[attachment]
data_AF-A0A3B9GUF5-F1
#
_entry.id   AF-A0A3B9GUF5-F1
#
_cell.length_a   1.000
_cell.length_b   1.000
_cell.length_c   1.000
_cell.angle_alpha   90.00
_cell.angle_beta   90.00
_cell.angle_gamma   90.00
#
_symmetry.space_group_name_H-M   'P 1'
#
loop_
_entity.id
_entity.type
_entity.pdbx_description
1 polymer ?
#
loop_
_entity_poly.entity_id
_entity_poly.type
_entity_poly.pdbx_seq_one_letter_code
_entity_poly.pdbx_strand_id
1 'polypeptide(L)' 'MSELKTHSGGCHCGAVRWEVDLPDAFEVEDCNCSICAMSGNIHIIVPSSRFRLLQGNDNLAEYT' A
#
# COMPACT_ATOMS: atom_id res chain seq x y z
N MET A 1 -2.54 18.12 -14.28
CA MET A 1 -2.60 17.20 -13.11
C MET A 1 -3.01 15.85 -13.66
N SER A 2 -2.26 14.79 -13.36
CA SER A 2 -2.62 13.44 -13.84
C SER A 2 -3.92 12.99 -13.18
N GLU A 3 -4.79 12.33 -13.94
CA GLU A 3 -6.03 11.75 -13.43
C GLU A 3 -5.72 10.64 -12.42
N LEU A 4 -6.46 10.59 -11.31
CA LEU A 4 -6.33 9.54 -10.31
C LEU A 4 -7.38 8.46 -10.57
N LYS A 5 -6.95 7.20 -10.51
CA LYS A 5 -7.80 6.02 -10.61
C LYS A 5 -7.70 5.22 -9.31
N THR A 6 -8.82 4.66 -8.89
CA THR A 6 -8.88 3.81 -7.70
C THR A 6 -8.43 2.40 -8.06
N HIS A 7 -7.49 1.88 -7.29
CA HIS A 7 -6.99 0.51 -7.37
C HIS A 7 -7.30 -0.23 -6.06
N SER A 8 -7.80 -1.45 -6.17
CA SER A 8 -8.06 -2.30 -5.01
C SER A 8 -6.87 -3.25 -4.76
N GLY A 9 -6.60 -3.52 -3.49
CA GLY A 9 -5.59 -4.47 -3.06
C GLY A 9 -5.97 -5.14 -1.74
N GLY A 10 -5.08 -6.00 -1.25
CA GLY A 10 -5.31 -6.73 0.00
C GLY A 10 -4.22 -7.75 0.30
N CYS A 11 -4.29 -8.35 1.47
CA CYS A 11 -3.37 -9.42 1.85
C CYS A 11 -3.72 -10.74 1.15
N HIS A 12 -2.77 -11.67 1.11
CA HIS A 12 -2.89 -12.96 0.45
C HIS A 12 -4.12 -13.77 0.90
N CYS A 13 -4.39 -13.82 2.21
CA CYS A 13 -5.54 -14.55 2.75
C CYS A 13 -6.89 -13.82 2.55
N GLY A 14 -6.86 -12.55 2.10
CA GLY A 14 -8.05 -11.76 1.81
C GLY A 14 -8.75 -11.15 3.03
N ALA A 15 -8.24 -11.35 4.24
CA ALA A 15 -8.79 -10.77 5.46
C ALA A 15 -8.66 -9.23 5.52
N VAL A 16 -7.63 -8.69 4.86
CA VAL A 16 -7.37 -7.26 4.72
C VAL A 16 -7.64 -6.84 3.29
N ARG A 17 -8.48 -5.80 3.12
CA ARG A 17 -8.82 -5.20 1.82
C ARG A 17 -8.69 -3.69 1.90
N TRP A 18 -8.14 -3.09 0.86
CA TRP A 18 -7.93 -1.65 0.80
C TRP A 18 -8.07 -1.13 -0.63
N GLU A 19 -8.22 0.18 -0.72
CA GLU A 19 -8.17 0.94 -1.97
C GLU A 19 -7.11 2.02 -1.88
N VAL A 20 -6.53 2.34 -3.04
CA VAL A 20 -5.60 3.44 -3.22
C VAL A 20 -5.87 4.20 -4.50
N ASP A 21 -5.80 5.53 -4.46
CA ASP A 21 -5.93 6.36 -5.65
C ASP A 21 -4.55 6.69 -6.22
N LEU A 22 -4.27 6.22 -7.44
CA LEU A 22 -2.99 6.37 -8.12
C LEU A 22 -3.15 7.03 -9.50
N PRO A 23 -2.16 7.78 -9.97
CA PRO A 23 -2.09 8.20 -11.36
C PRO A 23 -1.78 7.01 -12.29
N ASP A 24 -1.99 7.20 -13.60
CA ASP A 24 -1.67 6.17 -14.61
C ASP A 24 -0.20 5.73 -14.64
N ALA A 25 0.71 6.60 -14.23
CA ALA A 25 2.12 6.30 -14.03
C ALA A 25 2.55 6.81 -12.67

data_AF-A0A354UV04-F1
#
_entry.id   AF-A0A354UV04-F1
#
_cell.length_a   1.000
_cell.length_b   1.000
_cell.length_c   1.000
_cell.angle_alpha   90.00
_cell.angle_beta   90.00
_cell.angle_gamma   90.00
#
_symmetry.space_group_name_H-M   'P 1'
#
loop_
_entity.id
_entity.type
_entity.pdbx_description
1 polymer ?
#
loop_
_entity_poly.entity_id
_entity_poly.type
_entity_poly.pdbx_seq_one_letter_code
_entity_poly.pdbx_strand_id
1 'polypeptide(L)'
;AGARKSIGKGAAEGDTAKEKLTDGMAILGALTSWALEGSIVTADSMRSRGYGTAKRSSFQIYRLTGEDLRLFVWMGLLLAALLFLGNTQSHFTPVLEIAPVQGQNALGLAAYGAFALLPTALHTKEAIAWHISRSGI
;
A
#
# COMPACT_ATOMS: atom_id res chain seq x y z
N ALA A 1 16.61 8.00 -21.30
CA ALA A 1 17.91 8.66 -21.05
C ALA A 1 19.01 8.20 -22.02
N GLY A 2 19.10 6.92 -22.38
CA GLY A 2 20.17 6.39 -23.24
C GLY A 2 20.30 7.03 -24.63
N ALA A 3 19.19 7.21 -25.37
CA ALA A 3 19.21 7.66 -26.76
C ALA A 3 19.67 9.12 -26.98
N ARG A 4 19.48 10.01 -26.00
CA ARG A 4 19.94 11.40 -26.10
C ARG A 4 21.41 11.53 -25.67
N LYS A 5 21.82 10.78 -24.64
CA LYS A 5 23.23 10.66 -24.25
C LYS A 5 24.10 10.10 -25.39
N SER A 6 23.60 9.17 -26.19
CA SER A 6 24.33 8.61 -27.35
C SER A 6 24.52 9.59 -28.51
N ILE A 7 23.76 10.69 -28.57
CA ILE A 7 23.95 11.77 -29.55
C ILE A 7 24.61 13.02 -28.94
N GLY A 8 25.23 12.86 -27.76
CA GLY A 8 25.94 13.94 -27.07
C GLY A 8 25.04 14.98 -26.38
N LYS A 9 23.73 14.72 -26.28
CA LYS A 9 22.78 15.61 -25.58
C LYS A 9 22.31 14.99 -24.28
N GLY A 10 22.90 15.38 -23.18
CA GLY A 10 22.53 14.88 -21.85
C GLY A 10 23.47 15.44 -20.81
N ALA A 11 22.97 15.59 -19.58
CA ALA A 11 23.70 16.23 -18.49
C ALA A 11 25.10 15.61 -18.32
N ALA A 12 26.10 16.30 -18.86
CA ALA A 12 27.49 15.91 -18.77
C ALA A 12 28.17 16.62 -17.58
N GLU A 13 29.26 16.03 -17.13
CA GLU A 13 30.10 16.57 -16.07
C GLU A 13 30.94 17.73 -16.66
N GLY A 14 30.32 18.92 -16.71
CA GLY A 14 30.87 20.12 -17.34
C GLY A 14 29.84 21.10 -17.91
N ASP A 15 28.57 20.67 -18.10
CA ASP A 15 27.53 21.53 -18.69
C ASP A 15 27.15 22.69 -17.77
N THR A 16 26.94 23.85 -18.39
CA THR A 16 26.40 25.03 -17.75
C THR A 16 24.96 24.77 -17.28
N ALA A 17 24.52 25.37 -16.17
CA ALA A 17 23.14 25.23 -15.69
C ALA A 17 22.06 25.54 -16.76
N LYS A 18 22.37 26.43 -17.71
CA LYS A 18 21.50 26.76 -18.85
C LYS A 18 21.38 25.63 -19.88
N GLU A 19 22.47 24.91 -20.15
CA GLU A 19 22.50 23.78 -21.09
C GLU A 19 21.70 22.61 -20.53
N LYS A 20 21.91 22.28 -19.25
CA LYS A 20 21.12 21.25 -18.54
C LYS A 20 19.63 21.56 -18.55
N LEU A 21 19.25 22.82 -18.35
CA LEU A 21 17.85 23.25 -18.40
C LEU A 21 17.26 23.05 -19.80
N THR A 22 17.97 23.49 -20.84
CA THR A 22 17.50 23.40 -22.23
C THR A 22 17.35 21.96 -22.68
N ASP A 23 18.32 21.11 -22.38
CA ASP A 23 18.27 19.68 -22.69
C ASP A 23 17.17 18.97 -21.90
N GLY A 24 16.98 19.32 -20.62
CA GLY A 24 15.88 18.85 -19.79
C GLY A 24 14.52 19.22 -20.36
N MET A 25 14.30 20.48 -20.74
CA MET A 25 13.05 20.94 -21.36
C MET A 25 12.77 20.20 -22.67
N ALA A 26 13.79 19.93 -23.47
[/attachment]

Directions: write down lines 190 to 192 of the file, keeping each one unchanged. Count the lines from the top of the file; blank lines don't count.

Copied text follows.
N LYS A 20 21.91 22.28 -19.25
CA LYS A 20 21.12 21.25 -18.54
C LYS A 20 19.63 21.56 -18.55